Everybody Fitness: Exercise Your Options

Dana Pieper
Year Released: 2013

Categories: Abs/Core , Circuit Training (cardio and weights) , Floor Aerobics/Hi-Lo/Dance , Total Body Workouts

Video Fitness reviews may not be copied, quoted, or posted elsewhere without the permission of the reviewer

Show newest reviews first

I wrote several posts reviewing the workouts on Dana Pieper's Exercise Your Options DVD one at a time. Those posts are below. Hopefully, they will give the info needed for you to know if you would like this DVD...


OK. I did one segment of Dana Pieper's new DVD today and I thought I'd post thoughts and info as I went rather than waiting to write one big review.

The main menu has these options:

Warm up
Concentrated Core (20 minutes)
Simply Strength (30 minutes)
Cardio Quick Fix (40 minutes)
Interval Tube Conditioning (50 minutes)

You choose what you want from the menu. I saw someone asking if it's easy to skip the tubing section. Yes, don't choose it from the menu.

In the introduction, she gives an overview of the DVD. In it, she points out the warm up and suggests that you do it before any of the segments so that your body is ready for the workout. She also states that she will be giving directions, "left" and "right", which are HER "left" and "right". And, I thought, "Uh oh." That's one of the things that drove me NUTS in her first two workouts. However, it wasn't a problem in the segment I did because she seemed to have decided that instead of using those terms, she would use terms like "this direction", "that direction", "this leg", "that arm", etc. She only slipped twice and used the word "right". Once, it looked like she realized it and so she gestured with her chin in the direction she was going (which made it flow with no problem for me) and in the other she cued as she did the move and I just had a couple seconds of adjusting.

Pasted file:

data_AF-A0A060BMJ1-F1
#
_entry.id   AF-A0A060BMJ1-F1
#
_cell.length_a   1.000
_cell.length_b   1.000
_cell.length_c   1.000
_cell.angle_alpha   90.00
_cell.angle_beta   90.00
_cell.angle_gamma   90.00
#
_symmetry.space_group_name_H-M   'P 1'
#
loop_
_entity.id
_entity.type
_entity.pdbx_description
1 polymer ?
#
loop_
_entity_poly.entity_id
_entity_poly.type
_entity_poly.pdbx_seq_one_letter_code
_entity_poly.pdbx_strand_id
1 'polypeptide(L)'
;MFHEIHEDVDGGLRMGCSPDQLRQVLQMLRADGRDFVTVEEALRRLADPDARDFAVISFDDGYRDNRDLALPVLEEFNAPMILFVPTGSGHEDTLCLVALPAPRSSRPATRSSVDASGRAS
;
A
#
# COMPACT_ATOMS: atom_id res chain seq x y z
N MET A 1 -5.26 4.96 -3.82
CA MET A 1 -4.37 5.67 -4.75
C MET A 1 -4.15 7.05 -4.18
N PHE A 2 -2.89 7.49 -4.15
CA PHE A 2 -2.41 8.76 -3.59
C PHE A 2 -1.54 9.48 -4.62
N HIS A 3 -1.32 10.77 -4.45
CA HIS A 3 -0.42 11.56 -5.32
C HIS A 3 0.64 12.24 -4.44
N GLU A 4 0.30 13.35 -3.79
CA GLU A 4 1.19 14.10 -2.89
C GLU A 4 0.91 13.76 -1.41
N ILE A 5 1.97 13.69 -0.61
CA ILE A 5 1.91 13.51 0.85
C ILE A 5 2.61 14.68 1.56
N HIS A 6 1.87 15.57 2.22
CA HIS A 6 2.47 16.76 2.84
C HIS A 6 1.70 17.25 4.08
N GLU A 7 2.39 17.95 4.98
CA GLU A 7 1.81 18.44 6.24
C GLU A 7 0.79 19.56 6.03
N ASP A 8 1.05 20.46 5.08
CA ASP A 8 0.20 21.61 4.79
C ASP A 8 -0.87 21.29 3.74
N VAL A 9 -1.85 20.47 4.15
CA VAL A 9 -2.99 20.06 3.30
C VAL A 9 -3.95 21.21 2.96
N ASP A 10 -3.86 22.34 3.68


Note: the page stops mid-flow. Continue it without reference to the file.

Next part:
I did the Simply Strong segment. My rotation called for a high rep workout and I figured this would fall into that category (and it did). The workout lasts just over 30 minutes. In the first half (around 16 minutes), you use one heavy weight. My understanding was that I needed to choose one heavy light weight rather than a weight I'd actually use in a heavy strength workout. I used 10 pounds for most of this section and dropped to 8 with a couple of moves. The second half is using a set of light weights. I used 5 pounds until the end when she was frying my arms and shoulders and I dropped to 3 pounds. There are a LOT of compound moves in this segment. She usually would get started with the lower body and then add in the upper body.